BUDAPEST, Hungary — With two Oscars in the past two years, Hungary’s film industry has been on a winning streak. Now the creators behind the movie “On Body And Soul,” a surreal love story, are hoping to score a third Academy Award.
Ildiko Enyedi’s first film in nearly two decades comes on the heels of “Son of Saul,” which won the 2016 Oscar for best foreign language film, and “Sing,” which won best live action short last year.
Enyedi is the only female director in the foreign language category this year, and her film is about two people working at a slaughterhouse whose relationship begins in shared dreams but who have trouble connecting in daily life.
The movie has been gathering awards from Sydney to Mumbai, and won the top prize at the 2017 Berlin Film Festival.
Producer Monika Mecs said a key to the film’s success was in creating an empathetic relationship with viewers.
“This is a wonderful love story, a film of love about two people very distant from each other and about them finding each other,” Mecs said. “In a slightly clumsy way, it’s very hard for them to communicate, they misunderstand each other, but in the end their love is fulfilled. I believe that then viewers recognize themselves in these characters.”
Alexandra Borbely, who was named best actress at December’s European Film Awards for her role as Maria, a mildly autistic slaughterhouse technician, highlighted the film’s timelessness.
“It’s not influenced by social or political events or what the current social problems are,” Borbely said. “I can imagine that if they watch it 10 years from now, it will have the same effect on people.”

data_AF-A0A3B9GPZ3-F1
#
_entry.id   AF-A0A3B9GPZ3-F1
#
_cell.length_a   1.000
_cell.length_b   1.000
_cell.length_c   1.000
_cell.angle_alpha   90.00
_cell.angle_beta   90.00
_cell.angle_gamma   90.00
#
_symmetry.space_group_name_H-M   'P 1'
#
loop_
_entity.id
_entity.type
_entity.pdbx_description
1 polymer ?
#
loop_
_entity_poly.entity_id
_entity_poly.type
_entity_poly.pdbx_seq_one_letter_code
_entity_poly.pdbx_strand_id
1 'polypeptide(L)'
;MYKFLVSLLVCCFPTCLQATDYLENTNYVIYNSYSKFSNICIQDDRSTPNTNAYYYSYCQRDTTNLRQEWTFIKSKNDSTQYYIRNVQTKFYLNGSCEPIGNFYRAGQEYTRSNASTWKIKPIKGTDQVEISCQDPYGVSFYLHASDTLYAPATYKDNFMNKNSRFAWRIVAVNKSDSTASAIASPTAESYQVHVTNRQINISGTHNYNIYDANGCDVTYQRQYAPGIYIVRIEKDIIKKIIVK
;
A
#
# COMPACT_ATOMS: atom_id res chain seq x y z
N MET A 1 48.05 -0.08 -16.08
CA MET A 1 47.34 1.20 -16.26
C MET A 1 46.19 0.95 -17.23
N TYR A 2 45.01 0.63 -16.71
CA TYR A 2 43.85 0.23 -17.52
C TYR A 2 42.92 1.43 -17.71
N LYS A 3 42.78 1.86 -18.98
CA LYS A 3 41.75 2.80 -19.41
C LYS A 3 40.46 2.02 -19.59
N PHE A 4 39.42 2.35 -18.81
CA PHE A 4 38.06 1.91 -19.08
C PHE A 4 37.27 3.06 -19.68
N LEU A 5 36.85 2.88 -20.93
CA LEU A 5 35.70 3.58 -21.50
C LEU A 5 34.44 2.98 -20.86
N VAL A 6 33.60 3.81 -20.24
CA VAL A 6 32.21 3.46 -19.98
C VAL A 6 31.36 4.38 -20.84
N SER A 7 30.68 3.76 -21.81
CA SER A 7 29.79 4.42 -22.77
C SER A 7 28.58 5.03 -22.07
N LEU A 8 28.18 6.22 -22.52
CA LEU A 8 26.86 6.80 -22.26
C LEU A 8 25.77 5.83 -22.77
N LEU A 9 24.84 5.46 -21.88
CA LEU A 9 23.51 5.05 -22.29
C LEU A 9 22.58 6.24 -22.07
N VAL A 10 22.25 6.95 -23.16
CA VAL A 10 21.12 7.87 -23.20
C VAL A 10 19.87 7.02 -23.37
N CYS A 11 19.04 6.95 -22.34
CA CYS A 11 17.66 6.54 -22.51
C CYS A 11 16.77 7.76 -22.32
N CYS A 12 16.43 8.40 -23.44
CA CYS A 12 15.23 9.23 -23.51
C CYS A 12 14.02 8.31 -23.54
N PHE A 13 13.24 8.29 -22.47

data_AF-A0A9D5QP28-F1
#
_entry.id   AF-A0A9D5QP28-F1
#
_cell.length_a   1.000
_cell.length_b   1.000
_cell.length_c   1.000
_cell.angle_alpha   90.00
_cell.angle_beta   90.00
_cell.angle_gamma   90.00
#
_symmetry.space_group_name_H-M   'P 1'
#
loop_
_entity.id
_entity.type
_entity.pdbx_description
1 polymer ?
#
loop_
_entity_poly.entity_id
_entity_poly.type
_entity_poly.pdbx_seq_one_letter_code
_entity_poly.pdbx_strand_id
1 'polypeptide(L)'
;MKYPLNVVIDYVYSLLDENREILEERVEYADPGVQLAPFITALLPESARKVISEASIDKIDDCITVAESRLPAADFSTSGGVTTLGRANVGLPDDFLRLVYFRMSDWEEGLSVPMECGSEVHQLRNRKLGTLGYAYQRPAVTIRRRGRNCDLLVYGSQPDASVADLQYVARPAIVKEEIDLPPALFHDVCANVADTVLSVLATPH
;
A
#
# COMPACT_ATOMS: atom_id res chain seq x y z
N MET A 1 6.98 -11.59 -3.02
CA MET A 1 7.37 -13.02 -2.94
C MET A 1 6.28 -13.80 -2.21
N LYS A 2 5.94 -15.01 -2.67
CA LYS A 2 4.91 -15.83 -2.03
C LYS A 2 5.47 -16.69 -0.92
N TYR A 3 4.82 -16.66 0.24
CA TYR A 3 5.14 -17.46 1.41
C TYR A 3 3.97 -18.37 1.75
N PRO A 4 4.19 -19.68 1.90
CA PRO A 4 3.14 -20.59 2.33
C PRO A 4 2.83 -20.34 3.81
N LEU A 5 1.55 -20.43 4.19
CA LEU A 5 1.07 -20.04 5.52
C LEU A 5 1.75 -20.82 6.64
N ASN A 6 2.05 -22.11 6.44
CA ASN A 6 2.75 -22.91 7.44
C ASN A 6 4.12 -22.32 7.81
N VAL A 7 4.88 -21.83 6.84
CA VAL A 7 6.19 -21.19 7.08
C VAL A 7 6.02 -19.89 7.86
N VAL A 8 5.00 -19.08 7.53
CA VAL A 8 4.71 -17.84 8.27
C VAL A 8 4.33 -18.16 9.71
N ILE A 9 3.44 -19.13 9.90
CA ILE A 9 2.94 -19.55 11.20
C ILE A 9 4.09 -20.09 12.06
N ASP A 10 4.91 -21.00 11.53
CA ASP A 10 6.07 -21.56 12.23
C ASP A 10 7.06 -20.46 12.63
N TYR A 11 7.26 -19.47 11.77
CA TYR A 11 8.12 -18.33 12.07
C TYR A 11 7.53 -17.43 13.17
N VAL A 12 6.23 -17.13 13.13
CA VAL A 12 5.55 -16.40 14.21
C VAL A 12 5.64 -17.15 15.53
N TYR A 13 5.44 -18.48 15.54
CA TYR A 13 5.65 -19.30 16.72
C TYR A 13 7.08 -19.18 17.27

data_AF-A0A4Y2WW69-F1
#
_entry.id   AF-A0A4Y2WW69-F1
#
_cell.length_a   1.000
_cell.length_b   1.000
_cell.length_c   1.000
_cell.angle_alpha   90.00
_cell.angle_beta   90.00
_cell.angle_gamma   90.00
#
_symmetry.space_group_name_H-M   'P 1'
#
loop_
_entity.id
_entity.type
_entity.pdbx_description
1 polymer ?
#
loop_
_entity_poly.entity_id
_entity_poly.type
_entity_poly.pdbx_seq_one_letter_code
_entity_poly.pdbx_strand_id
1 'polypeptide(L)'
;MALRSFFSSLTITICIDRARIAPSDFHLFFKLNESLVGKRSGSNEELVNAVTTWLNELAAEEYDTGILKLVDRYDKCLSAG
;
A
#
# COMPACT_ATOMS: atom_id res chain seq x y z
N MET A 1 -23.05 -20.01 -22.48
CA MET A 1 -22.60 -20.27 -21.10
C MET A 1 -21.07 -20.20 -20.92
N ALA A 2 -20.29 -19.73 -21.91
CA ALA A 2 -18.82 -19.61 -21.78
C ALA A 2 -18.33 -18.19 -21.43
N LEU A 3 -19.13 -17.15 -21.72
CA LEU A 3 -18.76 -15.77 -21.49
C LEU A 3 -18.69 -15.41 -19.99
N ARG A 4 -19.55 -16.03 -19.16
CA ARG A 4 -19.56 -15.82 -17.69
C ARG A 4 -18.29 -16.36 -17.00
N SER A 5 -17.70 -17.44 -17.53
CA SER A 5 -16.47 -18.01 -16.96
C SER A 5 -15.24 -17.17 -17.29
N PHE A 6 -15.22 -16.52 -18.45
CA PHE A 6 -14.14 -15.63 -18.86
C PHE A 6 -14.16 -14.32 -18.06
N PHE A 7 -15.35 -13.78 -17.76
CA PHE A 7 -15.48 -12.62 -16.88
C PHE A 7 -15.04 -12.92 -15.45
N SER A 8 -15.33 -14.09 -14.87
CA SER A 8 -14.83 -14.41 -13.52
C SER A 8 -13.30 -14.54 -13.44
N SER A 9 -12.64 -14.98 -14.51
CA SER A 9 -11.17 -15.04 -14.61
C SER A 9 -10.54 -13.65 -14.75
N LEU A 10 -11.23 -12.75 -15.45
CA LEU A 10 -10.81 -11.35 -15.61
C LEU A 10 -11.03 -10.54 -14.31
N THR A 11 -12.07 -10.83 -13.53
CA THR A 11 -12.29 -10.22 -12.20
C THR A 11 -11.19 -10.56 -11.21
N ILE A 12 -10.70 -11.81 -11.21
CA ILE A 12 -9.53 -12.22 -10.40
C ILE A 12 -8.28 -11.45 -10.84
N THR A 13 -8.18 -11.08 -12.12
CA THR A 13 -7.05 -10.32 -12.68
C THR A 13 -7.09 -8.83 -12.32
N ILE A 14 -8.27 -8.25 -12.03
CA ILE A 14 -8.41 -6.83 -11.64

While Borbely has had some small roles in a few films, the Slovak-born Hungarian is better known in Hungary for her theater work. “On Body And Soul” was her first leading role and her European acting award has been a real confidence booster.
“I decidedly feel that I’m acting in a much more courageous manner … that I can think more creatively about a role,” Borbely said.
The film’s approach to a love story comes with a twist, as Maria and Endre, played by amateur actor Geza Morcsanyi, discover by chance that they are having the same dreams — both dreamt they were deer in a forest.
“Since this was Maria’s first encounter with love in her life, for me it was also like reliving that process,” Borbely said. “I was really able to experience how it was when it happened to me for the first time.”
Mecs said the subject matter was “eternal” and universal.
“Love itself has engaged many for centuries. It’s timeless and it’s understood everywhere around the world,” Mecs said.
Hungarian cinema has been enjoying an upsurge, winning numerous awards at film festivals across the world as well as the Oscars. The industry has benefited from ample state support, skilled technical crews and fresh ideas from directors and scriptwriters.
“A new, fresh golden era or golden age has arrived,” Mecs said. “The Oscar glut is part of this very exciting and surprising process.”
Enyedi is already at work on an adaptation of “The Story of My Wife,” a 1942 novel by Hungarian writer and poet Milan Fust.
Mecs said they hope to start filming next year and that the picture will have an international cast and will be filmed in English. Thanks to the success of “On Body And Soul,” the project has garnered interest from producers across Europe.
“To be at the doors of an Oscar is a very big achievement from every point of view,” Mecs said. “It absolutely influences the film’s future as well as the filmmakers’ plans for their next film. These successes are really a huge boost.”